The Divorce, Dissolution and Separation Act 2020 means that divorcing couples are no longer required to place blame on one party for the breakdown of their marriage. This was brought in to avoid parties having to start proceedings off on an acrimonious footing – whereby one person had to state enough reasons as to why it was intolerable to live with the other person or cite their adultery as a breakdown of the marriage.
Since April 2022, when no fault divorce came into force, 12,978 new divorce applications were issued. Many divorcing parties had been waiting for the new rules to come into force before starting proceedings to avoid having to place blame on the other. Others also wanted to have the option to issue proceedings as joint applicants, allowing both parties an element of control in the process.
The new law means that unnecessary conflict and anxiety will hopefully be avoided for all involved, including the children. It hopes to start things from a more amicable standpoint.
Of course, whilst this is good, it can cause some concerns in regards to potential backlogs with the court. The courts were already backlogged before the pandemic, with it increasing significantly during the pandemic, however this rise in applications will likely cause a further delay in the court system. The current delays have been described as “unprecedented” and “unacceptable”. Delays can cause harm to all involved, keeping tensions and animosity running from the start to end of proceedings. It can also mean parties are unable to move on to the next chapter of their lives.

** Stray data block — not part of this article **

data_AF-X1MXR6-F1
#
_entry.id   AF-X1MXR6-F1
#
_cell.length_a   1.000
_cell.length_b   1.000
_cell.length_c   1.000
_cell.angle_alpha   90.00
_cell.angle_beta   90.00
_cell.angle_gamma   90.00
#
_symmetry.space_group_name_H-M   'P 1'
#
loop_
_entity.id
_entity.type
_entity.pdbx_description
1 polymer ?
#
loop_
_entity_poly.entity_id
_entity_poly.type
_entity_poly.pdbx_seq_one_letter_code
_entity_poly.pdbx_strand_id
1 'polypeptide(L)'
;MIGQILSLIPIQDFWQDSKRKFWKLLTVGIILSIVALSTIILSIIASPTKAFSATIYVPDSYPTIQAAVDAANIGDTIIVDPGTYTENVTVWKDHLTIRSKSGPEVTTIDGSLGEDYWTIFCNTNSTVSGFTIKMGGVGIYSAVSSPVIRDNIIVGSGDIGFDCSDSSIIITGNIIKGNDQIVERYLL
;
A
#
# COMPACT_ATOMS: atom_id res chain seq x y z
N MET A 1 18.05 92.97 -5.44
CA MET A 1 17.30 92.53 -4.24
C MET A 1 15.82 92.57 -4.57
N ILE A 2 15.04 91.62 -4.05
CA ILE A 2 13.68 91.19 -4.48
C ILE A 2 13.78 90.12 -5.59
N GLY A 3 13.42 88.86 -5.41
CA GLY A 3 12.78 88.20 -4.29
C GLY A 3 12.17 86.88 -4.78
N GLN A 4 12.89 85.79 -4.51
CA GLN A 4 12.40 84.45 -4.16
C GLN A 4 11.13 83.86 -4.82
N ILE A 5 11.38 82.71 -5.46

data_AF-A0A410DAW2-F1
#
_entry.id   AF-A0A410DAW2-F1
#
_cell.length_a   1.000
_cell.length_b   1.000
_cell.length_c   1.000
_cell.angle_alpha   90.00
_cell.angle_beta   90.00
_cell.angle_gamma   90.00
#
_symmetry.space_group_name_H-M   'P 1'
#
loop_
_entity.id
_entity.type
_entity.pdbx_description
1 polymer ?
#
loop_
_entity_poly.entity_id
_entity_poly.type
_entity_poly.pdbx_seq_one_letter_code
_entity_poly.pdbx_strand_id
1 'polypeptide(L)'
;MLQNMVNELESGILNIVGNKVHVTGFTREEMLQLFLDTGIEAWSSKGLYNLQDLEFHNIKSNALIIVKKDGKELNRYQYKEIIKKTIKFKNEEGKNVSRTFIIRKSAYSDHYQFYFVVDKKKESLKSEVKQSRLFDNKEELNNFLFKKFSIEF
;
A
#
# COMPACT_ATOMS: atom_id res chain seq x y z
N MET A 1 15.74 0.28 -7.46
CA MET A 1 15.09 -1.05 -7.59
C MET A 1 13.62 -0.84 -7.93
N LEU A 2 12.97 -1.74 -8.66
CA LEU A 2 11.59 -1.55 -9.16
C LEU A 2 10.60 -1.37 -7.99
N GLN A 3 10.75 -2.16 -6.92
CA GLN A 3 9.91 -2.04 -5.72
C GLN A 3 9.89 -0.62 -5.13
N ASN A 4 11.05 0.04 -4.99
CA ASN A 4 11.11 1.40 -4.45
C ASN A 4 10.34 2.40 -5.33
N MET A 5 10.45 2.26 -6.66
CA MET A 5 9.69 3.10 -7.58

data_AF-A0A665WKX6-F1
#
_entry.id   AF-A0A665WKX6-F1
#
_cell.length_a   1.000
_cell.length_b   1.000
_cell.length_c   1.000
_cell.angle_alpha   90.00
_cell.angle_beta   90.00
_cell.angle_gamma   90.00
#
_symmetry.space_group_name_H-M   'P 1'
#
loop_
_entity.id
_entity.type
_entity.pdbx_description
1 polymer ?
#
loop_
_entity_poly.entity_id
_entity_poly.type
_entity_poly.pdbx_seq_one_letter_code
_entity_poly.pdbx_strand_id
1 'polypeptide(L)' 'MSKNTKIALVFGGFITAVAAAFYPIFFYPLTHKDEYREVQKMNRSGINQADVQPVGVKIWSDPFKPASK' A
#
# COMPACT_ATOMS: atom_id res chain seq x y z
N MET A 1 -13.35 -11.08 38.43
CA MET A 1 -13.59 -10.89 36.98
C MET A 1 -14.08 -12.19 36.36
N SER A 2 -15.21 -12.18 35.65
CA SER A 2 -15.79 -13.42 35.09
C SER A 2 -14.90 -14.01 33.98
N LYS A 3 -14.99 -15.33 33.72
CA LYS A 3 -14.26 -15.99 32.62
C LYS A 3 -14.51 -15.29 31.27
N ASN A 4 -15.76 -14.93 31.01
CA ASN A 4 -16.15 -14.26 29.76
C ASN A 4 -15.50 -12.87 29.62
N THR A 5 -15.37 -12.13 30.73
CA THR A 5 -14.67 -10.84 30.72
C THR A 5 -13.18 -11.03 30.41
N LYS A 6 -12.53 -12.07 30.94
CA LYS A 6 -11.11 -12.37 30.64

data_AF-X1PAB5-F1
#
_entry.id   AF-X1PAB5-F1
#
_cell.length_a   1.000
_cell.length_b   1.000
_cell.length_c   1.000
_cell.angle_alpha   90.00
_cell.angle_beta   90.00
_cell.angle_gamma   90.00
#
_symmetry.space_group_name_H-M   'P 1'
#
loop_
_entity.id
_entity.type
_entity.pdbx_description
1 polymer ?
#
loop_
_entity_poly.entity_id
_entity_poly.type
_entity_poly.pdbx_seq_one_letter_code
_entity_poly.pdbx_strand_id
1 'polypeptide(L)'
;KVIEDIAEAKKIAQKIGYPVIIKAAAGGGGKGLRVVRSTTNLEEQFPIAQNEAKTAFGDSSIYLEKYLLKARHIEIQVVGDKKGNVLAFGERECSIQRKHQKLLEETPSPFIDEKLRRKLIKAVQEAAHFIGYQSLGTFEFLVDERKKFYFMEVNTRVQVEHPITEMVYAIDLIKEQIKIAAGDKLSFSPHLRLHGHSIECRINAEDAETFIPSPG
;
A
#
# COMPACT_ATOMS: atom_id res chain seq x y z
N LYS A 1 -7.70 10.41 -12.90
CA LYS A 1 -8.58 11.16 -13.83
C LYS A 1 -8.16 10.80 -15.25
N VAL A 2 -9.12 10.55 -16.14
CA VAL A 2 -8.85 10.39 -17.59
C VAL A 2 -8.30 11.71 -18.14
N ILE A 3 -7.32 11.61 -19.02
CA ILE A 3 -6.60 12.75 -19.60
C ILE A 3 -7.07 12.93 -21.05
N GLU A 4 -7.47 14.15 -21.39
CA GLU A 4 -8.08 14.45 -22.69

The government is trying to ensure that there are enough full time judges to deal with the increasing caseloads which the court is likely to see. However, the courts state that it is essential that clients receive early legal advice to ensure that divorce is definitely the right choice for them in their specific situation, as the new rules does not mean that divorce is a quick solution. If divorce is decided to be the best option, the solicitors should help to assist in negotiating settlements, or advising about mediation, rather than applying to the courts in an already overwhelmed system.